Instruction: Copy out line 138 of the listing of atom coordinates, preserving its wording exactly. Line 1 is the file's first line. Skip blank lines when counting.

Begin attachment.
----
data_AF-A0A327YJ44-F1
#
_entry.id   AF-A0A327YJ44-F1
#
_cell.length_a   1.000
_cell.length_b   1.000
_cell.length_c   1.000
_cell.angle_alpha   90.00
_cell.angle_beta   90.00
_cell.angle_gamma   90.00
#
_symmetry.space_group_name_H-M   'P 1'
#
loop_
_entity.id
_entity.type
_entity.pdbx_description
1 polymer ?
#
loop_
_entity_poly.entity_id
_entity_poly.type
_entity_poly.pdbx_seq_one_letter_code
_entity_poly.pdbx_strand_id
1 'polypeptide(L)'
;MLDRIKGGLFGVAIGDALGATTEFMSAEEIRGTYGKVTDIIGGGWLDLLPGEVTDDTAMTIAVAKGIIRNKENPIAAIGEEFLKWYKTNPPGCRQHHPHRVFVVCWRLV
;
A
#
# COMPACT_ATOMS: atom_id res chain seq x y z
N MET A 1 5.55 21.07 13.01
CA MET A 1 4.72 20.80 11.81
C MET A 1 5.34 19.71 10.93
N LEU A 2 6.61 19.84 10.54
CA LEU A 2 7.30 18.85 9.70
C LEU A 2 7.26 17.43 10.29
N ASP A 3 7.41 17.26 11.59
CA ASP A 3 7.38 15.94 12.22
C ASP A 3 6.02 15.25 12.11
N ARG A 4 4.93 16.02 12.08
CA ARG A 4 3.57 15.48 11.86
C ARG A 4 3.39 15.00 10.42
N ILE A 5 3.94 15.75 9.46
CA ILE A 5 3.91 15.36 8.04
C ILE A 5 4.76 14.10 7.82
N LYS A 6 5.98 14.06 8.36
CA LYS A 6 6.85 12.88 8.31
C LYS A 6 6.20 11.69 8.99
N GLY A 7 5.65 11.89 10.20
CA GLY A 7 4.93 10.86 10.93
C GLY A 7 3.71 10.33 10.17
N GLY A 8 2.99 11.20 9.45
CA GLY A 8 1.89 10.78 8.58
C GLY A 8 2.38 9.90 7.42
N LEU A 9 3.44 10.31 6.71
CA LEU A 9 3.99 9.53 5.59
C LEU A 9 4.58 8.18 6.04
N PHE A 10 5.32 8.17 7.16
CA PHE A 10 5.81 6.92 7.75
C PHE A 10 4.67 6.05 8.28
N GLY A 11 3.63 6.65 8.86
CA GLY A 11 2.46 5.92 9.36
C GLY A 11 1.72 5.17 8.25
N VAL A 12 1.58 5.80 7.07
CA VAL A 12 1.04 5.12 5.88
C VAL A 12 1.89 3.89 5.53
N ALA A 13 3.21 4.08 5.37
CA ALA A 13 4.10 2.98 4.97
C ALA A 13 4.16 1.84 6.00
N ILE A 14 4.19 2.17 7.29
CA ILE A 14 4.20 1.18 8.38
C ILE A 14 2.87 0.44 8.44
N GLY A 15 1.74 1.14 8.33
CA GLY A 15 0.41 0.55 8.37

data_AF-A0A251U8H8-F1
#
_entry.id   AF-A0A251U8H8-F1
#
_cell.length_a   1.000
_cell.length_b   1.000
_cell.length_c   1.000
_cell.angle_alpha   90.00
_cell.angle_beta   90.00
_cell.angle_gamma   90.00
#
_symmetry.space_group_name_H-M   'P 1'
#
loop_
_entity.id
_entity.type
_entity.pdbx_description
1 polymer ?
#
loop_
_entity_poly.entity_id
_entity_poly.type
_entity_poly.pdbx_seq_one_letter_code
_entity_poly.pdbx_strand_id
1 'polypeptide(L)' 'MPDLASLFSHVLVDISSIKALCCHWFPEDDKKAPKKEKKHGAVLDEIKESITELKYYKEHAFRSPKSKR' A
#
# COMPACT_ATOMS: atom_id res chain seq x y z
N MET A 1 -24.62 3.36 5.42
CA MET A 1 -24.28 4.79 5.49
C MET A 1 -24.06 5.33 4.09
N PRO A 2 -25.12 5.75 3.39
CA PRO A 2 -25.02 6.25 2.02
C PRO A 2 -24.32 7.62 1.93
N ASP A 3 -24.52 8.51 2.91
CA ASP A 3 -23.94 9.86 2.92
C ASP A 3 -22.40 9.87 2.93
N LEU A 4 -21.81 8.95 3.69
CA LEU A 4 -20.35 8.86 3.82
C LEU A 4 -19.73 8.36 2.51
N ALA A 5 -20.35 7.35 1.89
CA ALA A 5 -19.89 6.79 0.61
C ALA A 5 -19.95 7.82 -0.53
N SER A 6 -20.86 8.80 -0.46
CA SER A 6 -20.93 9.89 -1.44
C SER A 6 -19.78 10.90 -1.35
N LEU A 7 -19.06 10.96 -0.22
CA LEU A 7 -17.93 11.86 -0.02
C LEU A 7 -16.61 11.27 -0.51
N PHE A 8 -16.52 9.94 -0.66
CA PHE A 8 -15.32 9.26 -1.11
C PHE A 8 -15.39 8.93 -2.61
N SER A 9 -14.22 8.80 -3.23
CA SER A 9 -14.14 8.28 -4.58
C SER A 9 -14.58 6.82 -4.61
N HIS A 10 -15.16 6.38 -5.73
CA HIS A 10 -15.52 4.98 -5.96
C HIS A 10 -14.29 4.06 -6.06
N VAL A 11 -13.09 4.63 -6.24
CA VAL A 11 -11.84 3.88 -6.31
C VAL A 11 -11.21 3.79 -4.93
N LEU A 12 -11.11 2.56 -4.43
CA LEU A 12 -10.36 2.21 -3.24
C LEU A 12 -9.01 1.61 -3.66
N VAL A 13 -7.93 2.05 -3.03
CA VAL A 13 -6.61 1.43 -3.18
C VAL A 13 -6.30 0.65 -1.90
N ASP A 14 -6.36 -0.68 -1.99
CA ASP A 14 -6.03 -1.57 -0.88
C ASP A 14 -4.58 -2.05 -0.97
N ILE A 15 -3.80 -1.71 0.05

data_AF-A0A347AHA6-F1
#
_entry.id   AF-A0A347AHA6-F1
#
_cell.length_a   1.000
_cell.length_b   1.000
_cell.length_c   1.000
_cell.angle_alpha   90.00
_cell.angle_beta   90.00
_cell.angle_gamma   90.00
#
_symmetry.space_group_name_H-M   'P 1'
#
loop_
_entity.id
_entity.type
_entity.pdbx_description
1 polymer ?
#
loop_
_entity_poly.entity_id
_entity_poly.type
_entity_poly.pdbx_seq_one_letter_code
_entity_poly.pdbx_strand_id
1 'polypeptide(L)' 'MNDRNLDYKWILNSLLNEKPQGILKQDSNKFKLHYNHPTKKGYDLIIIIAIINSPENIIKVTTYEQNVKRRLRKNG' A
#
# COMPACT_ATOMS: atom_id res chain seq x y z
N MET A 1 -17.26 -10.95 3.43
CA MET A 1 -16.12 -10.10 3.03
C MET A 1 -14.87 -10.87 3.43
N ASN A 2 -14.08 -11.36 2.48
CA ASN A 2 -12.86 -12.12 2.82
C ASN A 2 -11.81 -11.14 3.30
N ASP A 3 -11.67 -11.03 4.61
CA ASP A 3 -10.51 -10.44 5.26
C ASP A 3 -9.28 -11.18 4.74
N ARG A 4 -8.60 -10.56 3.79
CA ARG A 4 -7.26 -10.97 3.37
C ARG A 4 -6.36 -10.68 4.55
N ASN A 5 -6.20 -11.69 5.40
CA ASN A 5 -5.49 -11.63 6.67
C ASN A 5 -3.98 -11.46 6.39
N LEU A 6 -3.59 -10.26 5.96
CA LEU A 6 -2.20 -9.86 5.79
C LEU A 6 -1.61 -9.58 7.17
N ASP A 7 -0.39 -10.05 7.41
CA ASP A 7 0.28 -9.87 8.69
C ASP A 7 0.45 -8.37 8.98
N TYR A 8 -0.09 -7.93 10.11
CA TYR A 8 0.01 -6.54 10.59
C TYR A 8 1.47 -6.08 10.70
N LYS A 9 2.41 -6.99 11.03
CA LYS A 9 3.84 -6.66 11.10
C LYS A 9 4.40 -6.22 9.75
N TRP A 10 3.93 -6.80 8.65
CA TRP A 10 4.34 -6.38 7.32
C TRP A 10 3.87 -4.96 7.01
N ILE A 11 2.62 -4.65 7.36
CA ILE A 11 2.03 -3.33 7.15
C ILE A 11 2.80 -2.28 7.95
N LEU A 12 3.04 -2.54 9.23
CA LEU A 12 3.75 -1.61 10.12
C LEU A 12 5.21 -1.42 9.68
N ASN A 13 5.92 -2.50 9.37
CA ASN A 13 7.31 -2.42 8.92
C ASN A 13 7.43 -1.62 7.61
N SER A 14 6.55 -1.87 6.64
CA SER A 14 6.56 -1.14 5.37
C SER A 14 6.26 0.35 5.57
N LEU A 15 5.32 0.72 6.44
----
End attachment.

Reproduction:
N VAL A 13 -7.93 2.05 -3.03